Just one in ten American adults eats enough fruits and vegetables, according to a big new study of their dietary habits by the U.S. government. Drawing data from something called the Behavioral Risk Factor Surveillance System, the CDC scolds anyone willing to read its report that a sad 12 percent of the country satisfies the daily recommended amount of fruit (1.5 to 2 cups). This then plummets to 9 percent for vegetables (2 to 3 cups per day).
The study basically shames everybody in America, but it predictably found certain groups are worse eaters than others. For instance, 12 percent of adults in Alaska eat enough vegetables (gold medal to them — that’s the highest proportion of any state), but less than 6 percent do the same in West Virginia. Sad yet expected, being poor also hurts your chances of consuming enough produce: 7 percent of poor Americans meet the veggie recommendation, versus 11.4 of the wealthy. And just 6.7 percent of 18- to 30-year-olds get their veggies, a figure that accounted for “the lowest proportion of persons meeting recommendations for fruit and vegetable intake,” which is sort of also not surprising.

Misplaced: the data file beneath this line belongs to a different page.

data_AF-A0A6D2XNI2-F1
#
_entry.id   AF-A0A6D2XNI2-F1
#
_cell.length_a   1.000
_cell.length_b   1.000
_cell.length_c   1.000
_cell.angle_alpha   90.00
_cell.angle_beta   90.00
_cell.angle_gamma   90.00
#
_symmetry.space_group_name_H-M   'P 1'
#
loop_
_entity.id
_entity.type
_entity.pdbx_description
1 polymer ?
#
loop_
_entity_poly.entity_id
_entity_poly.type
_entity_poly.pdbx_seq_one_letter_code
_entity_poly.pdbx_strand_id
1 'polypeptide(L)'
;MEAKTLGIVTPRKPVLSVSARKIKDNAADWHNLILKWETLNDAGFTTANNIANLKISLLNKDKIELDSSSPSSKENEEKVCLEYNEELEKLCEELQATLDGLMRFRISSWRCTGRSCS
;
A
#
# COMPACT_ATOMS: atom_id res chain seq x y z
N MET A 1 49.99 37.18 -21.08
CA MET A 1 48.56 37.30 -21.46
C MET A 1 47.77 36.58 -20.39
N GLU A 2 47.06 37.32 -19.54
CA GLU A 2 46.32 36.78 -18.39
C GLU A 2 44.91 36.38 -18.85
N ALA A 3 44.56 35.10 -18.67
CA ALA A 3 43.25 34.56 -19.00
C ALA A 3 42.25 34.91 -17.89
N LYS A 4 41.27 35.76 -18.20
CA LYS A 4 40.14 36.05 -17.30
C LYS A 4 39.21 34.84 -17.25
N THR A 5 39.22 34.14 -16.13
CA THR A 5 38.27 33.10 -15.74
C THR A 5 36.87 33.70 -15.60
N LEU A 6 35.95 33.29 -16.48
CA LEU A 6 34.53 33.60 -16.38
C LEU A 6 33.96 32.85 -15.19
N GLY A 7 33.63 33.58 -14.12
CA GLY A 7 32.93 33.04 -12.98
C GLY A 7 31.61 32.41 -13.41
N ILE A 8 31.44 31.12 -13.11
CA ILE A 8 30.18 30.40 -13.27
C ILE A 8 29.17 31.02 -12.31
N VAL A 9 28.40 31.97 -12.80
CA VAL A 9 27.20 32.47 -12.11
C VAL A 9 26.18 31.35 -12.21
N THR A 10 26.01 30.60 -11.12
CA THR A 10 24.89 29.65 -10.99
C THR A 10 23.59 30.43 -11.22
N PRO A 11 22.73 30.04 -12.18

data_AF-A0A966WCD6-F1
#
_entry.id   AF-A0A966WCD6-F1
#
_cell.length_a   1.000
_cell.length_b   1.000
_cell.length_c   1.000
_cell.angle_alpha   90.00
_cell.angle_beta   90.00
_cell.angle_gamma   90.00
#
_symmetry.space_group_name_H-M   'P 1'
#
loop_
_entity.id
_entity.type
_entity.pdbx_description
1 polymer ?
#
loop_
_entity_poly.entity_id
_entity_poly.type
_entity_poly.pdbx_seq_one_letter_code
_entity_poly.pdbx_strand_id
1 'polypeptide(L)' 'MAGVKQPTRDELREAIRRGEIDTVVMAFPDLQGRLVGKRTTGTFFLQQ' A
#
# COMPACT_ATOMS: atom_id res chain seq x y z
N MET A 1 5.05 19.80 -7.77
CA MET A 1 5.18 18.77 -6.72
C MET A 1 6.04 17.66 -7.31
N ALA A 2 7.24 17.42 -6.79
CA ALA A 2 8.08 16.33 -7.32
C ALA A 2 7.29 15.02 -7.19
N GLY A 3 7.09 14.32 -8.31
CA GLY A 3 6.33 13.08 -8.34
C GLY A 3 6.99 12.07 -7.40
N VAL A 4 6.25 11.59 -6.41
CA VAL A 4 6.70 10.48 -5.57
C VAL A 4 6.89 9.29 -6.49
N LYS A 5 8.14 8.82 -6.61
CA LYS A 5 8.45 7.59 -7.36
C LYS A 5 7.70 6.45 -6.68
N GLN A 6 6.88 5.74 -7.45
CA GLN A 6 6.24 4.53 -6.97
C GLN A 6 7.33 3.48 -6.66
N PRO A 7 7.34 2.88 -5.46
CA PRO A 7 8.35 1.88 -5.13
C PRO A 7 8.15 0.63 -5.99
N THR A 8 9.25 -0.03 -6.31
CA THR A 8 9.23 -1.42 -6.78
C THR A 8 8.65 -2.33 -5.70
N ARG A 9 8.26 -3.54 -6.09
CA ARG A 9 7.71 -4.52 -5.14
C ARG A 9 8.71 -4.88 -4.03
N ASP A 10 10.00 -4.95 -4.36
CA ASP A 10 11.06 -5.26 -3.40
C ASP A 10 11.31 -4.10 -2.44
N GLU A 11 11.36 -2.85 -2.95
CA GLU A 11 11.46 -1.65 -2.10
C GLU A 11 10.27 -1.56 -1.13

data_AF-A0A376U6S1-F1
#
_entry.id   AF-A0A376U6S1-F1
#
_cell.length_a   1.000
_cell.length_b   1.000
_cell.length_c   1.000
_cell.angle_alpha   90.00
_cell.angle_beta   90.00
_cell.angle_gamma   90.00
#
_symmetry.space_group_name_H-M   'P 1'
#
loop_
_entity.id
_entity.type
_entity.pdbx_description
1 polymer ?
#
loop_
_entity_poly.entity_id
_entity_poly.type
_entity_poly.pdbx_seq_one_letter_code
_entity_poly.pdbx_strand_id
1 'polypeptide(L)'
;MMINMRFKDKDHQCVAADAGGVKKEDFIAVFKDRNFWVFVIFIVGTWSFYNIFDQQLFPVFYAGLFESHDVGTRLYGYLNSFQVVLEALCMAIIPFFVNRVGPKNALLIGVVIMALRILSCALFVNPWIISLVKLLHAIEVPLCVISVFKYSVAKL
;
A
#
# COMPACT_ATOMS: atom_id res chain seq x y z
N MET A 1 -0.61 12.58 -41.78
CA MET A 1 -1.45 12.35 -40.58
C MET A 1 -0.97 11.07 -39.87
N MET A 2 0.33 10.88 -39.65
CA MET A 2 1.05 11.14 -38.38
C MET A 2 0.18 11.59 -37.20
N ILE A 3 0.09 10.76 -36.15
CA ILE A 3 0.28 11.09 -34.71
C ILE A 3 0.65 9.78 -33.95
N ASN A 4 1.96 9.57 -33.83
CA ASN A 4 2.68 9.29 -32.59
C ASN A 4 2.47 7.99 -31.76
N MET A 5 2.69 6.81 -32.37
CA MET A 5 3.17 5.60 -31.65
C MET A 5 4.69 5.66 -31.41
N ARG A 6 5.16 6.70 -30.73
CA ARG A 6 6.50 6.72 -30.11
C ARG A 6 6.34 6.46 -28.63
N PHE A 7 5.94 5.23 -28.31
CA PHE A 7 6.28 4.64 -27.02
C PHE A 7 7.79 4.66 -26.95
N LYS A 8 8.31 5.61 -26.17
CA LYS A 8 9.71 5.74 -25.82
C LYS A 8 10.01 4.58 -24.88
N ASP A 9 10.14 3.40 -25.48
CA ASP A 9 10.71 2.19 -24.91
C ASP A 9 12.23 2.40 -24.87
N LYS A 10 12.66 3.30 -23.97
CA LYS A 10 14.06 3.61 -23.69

The least remarkable discrepancy of them all, though, is that women eat better than men. While 15.1 percent of females consume the right amount of fruit, only 9.2 percent of guys do. Likewise, 10.9 percent of women eat the amount of veggies the USDA says will help ward off obesity, heart disease, type 2 diabetes, some cancers, and even death, but only 7.6 percent of men bother following those instructions. They probably don’t want 4.7 more years of life expectancy anyways.